Tag Archives: Indycar

RIP Dan Gurney, 1931 – 2018

The great American race car driver and constructor Dan Gurney passed away at the age of 86 on January 14th.

A very good Autoweek obituary is here and a fine list of Gurney’s remarkable technical accomplishments has been published by Jalopnik.

A titan of motorsports and a tireless innovator for more over 60 years, Gurney survived the most dangerous era of Formula 1 in the 1950s and 60s and not only lived to tell the tale but thrived. Gurney participated in 86 Formula 1 Grand Prix and took victory four times, most significantly at the Belgian Grand Prix at Spa-Francorchamps in 1967, where he drove a car of his own design and construction, the beautiful Eagle Weslake, to become the first and still only American to win as both constructor and driver in F1. If that wasn’t enough in that banner year for Gurney and the USA, he had only a week earlier triumphed in the 24 Hours of Le Mans with co-driver A.J. Foyt in a Ford GT, again becoming the first all-American team to achieve that illustrious feat at the most famous 24-hour race in the world. It was on the Le Mans podium that a delighted Gurney first sprayed champagne on his teammates and the crowd after victory, something that instantly became a permanent tradition across all forms of motorsport.

Of course the podium celebration was not the brilliant Gurney’s only lasting contribution to racing. Blessed with not only movie star good looks but also an engineer’s keen mind, Gurney devised several technical improvements for racers and their cars that are still used today. Unusually tall for a driver at 6′ 4,” the big American became one of the first high level competitors on four wheels to adopt a full helmet and perspex face shield similar to that of those worn by dirt bike racers back in his Southern California home. He debuted the protective helmet designed by Bell at Indianapolis in 1968 and soon thereafter it became standard equipment for all drivers. In 1971 he came up with the now de rigueur Gurney Flap, a small right angle lip at the edge of the rear wing to increase rear downforce by creating vortices that enhance the airflow coming off the wing. In the early 1990s Gurney’s All American Racers team came up with a radical design for their IMSA Prototype entry that featured not only a small 2.1 liter 4-cylinder turbo engine by Toyota capable of producing a whopping 750 horsepower but also a monocoque chassis made entirely of carbon fiber, a radical proposition at the time, especially in sports cars. The AAR car also featured built-in aerodynamic assists from the front air intake holes and superior ground effects beneath. The result was the Eagle Mark III, a beast of a car that won the 1992 and 1993 IMSA  drivers’ and constructors’ championships going away, including a streak of 17 wins in a row.

To the very end Dan Gurney was still utilizing his prodigious gifts as a designer and innovator, playing a key part in the radical Delta Wing project and even helping design and fabricate the carbon fiber landing legs for the reusable Space X rocket. But he shone brightest as a driver. In his heyday he won races in Formula 1, Indycar, NASCAR and sports cars. Only the great Mario Andretti and Juan Pablo Montoya have posted such a display of victorious versatility in all four major automobile racing categories. He survived several crashes in the unsafe cars of the 1950s and 60s, the second in a BRM at the 1960 Dutch Grand Prix that killed a spectator. It was then that Gurney remarked to legendary journalist Robert Daly that racing “is a cruel sport.” And yet even with a young wife and growing family Gurney persisted. Even through the deaths of his rivals and friends on the track over his long career — Wolfgang von Trips, Swede Savage, the Rodriguez brothers, Jimmy Clark, Bruce McLaren and Jo Bonnier  — Gurney persisted and kept his foot down. He had full faith in his ability to delineate a necessary risk from a foolhardy one and when he started designing his own cars in the late 1960s he finally had full faith in his equipment, as well. A wonderful story teller, a survivor of a deadly golden era, a rarely matched driver and innovator and an all-around gentleman, Dan Gurney lived a true racer’s life from his teen years as a hot rodder in Riverside trying stay one step ahead of they cops to his discovery by Ferrari’s man in America, the brilliant Luigi Chinetti, to his remarkable, decades-long career full of victories to his final moments on the Earth just a few days ago. As the Spanish are fond of saying about a truly exceptional person — ¡Qué Hombre!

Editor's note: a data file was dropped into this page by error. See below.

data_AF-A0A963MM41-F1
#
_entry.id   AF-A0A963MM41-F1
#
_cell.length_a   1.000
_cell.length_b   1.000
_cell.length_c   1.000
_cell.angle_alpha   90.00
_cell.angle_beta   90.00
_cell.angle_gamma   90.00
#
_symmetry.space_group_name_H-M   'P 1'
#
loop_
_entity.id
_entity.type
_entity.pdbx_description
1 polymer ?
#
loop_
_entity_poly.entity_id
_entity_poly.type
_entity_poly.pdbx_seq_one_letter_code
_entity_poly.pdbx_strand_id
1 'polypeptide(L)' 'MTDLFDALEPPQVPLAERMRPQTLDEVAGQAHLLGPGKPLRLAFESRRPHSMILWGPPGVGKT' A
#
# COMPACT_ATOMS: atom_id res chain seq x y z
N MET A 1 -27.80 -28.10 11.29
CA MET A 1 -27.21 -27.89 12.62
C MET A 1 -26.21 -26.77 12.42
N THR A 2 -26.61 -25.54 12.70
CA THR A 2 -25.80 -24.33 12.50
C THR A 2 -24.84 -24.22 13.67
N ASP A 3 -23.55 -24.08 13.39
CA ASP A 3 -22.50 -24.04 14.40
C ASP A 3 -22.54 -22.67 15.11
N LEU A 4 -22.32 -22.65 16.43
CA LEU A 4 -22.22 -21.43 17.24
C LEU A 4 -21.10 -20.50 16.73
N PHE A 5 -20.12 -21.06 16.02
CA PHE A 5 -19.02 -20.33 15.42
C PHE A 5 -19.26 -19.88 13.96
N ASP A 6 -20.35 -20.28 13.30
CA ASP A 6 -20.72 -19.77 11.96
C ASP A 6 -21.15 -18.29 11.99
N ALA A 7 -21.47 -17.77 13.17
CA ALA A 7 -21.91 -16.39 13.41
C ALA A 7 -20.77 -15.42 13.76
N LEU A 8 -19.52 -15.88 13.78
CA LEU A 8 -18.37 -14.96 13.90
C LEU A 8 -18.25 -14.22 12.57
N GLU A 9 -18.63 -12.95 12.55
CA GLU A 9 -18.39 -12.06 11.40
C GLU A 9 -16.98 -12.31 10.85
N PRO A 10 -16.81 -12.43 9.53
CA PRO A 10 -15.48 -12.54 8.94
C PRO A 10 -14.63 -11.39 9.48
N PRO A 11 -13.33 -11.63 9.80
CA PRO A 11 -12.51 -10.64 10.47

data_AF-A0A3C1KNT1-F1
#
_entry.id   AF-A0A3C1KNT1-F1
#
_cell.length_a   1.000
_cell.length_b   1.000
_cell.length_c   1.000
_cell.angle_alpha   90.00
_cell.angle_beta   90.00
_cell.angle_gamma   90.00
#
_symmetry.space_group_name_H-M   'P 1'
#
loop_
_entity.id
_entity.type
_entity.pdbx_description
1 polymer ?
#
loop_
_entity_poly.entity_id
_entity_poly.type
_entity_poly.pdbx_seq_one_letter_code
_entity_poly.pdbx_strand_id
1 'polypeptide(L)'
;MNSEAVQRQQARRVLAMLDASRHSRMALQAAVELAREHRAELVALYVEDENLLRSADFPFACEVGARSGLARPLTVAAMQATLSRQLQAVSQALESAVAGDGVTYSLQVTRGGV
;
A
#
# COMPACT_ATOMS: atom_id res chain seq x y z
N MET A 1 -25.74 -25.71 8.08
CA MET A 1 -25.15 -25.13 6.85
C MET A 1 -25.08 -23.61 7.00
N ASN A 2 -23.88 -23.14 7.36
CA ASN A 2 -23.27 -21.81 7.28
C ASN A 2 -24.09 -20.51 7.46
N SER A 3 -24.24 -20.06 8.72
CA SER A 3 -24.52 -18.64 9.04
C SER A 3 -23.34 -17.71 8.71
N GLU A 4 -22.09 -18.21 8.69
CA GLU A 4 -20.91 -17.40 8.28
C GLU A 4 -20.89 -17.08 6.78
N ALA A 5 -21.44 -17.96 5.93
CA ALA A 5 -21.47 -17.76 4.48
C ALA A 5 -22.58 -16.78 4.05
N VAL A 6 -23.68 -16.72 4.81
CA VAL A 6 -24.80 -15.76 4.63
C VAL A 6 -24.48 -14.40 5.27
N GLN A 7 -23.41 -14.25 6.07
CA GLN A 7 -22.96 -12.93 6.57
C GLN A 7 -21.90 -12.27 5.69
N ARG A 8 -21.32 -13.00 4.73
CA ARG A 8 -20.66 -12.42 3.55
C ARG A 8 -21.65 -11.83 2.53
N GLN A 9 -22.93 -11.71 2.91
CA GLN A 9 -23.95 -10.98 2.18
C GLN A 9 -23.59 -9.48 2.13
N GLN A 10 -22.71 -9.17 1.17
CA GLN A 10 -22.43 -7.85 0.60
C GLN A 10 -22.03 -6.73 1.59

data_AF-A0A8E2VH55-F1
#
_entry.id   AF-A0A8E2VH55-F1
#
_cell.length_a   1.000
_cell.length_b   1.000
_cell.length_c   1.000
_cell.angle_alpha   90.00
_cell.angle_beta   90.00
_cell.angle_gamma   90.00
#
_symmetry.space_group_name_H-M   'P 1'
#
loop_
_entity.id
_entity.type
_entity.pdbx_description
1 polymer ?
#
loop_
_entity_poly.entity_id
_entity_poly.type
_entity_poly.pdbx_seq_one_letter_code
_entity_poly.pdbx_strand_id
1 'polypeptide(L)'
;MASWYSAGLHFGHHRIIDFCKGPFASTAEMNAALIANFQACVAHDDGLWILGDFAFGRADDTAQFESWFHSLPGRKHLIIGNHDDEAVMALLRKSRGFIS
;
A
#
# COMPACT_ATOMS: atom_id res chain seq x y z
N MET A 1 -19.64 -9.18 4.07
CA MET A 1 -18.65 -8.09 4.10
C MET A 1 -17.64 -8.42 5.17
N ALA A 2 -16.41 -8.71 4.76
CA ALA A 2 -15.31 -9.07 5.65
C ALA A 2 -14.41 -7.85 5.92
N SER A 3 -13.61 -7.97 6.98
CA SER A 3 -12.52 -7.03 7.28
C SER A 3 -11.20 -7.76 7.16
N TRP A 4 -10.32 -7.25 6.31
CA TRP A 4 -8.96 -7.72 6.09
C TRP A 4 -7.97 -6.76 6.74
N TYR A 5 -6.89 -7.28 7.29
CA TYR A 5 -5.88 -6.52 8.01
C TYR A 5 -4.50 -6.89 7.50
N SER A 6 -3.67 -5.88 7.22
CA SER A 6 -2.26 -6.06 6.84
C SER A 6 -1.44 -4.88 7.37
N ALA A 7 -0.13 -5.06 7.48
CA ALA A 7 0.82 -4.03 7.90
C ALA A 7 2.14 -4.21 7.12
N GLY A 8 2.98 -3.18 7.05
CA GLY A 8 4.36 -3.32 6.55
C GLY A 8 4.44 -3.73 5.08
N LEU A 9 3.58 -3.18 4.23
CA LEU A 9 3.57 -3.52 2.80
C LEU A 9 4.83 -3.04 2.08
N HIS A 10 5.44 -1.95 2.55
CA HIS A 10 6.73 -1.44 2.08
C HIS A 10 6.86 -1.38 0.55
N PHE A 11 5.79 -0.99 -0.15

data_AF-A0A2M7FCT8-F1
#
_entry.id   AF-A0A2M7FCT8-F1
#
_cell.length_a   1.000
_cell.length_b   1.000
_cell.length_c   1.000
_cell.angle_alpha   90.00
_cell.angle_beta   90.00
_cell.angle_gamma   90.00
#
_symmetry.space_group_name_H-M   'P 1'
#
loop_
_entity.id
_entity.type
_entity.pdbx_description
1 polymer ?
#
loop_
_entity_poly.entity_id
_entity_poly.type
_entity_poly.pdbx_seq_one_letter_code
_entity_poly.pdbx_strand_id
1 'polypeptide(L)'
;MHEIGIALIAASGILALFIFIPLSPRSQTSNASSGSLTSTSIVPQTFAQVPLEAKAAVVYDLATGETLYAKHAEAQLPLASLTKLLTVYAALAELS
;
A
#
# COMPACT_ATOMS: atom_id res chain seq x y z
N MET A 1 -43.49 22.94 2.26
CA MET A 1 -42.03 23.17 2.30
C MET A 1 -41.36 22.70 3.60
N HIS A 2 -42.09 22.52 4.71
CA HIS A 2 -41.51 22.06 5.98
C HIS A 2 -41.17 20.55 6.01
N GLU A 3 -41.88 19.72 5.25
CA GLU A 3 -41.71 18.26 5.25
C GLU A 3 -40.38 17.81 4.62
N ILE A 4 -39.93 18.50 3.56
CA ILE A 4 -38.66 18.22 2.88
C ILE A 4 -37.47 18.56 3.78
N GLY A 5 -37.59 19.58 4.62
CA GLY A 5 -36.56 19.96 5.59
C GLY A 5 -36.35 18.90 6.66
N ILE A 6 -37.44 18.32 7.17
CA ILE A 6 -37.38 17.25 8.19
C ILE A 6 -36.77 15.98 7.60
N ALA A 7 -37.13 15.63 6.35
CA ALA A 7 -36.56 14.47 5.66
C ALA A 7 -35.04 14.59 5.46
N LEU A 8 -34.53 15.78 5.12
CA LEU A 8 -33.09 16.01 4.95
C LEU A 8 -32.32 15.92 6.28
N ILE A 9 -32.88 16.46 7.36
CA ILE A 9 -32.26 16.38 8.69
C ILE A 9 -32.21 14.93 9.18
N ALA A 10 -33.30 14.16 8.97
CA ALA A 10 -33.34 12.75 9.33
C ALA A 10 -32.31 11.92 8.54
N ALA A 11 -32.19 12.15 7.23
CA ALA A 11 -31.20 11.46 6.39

RIP Justin Wilson — 1978 – 2015

Very sad news today from the world of motorsport — racing driver Justin Wilson has died after suffering severe head injuries in last Sunday’s IndyCar race at Pocono Raceway. The English racer was struck by a large piece of debris at speed when Sage Karam’s car crashed into the wall late in the race. He was airlifted to nearby Lehigh Valley Hospital directly from the track but remained in a coma and passed away this past Monday evening. He is survived by his wife Julia, his two young daughters and his younger brother Stefan, who is also a professional racer. Wilson was 37.

IndyCar’s official statement is here.

The family’s statement with their charitable wishes is here.

Justin Wilson was an extremely talented driver who competed in the highest forms of motorsport on several different teams and in several different disciplines. Along the way, he overcame numerous serious injuries to continue racing, his lifelong calling. Working his way up through karting and the lower development divisions, Wilson then won the 2001 Formula 3000 championship and then got a Formula 1 ride with Minardi in 2003. Due to his unusual height — the lanky Englishman was a very un-pilot like 6’4″ — Minardi designed the car around Wilson. After outperforming senior teammate Jos Verstappen, Wilson jumped to Jaguar for the last races of the season, scoring his first Championship points at the US Grand Prix at Indianapolis. But due to that odd F1 paradox of talented drivers with insufficient sponsorship or personal funds being passed over for less gifted pay drivers, Wilson was bounced from his F1 seat and came to America to find work. And find it he did. He got a ride in Champ Car (precursor to indyCar) in 2004 and won his first race in that series in 2005 in Toronto. Wilson finished runner up or 3rd in that championship from 2005-7.